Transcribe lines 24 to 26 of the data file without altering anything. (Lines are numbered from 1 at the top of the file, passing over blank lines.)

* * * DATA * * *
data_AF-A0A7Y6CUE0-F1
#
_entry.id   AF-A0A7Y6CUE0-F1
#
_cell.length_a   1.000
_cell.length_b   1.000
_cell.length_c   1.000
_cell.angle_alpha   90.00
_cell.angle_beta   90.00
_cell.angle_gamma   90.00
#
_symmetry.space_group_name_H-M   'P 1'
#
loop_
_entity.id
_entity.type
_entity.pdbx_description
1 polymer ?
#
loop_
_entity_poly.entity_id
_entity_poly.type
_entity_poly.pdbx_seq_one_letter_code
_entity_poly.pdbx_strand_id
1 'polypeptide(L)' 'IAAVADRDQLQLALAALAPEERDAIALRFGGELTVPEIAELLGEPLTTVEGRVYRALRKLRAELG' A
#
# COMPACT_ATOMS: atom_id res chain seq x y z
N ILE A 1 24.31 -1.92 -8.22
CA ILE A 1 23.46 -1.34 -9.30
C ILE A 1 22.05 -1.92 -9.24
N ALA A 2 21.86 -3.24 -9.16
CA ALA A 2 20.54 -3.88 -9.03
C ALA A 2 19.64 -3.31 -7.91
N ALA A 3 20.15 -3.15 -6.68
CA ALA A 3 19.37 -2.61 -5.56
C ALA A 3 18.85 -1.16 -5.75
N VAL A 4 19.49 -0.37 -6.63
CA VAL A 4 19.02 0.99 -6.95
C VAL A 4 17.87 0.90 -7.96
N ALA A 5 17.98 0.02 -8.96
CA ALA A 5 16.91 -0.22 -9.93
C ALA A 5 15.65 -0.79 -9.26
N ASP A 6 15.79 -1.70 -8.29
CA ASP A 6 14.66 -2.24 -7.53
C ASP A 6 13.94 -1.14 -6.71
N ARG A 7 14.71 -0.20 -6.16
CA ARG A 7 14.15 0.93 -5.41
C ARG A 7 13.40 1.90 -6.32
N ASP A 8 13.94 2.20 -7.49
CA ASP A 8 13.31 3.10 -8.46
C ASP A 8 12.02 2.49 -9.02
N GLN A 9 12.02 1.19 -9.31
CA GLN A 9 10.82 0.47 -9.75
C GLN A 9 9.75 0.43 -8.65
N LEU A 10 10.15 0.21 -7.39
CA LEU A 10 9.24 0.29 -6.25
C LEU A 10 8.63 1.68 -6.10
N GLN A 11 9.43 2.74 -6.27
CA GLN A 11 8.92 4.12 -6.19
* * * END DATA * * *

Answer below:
_entity_poly.pdbx_strand_id
1 'polypeptide(L)' 'IAAVADRDQLQLALAALAPEERDAIALRFGGELTVPEIAELLGEPLTTVEGRVYRALRKLRAELG' A
#